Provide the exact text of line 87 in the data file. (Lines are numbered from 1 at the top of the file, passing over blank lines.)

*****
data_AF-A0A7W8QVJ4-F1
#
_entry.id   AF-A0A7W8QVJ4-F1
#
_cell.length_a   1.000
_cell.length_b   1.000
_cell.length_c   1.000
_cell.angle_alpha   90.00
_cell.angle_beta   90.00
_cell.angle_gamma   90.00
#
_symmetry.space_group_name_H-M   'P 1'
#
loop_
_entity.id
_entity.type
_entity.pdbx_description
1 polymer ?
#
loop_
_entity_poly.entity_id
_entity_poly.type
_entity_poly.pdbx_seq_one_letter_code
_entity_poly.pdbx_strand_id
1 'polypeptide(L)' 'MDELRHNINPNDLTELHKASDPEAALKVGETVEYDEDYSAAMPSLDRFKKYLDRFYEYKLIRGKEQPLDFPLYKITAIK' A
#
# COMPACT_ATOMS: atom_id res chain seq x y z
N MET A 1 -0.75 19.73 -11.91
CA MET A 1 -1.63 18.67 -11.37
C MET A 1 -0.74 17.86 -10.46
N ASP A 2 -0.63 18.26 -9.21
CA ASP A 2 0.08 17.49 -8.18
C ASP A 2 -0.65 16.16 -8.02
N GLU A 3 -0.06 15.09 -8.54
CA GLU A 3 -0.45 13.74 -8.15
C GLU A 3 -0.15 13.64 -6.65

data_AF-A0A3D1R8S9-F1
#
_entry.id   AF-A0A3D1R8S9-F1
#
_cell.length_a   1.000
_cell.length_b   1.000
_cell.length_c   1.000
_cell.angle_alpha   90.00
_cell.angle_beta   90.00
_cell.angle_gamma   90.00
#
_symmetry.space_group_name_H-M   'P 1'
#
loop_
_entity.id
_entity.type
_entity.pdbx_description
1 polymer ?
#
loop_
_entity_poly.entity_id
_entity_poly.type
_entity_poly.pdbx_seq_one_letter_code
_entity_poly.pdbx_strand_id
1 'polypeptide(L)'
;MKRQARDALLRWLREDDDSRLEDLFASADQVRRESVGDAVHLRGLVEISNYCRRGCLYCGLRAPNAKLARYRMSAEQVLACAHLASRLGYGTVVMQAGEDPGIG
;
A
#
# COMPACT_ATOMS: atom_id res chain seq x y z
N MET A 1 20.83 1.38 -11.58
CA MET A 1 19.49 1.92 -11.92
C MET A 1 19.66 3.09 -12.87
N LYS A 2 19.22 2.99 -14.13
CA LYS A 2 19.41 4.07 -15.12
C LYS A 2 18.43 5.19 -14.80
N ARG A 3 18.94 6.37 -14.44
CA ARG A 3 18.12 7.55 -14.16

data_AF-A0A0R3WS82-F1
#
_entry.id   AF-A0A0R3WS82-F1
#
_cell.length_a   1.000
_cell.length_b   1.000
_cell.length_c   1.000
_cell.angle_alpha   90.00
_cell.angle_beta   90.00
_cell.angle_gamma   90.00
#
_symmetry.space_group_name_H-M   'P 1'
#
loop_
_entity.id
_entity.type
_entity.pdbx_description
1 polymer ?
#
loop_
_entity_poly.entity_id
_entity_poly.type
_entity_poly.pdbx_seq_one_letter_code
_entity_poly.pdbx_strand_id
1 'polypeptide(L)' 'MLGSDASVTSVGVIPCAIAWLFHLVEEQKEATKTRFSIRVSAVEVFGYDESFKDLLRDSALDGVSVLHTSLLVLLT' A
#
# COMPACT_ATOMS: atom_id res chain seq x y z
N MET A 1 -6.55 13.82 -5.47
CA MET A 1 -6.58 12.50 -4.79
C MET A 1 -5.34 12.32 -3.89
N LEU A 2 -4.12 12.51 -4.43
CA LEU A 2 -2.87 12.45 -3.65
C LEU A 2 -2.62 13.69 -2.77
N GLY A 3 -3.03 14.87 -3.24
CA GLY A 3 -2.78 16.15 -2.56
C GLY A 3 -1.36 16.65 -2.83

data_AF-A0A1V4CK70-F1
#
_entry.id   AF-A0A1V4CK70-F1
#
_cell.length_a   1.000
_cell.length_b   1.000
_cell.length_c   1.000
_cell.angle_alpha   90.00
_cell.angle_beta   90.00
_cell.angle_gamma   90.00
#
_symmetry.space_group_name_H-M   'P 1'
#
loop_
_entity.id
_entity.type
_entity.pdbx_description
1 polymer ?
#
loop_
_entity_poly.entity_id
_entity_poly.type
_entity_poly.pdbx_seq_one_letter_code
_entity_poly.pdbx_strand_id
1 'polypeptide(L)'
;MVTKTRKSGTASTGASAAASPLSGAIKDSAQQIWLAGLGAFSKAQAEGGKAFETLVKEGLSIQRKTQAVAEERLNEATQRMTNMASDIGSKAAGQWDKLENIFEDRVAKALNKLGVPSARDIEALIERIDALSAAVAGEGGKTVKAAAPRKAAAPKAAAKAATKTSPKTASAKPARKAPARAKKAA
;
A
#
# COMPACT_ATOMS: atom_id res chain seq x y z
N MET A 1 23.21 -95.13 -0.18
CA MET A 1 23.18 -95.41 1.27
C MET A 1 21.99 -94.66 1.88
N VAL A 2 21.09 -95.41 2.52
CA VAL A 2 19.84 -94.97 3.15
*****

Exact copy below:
#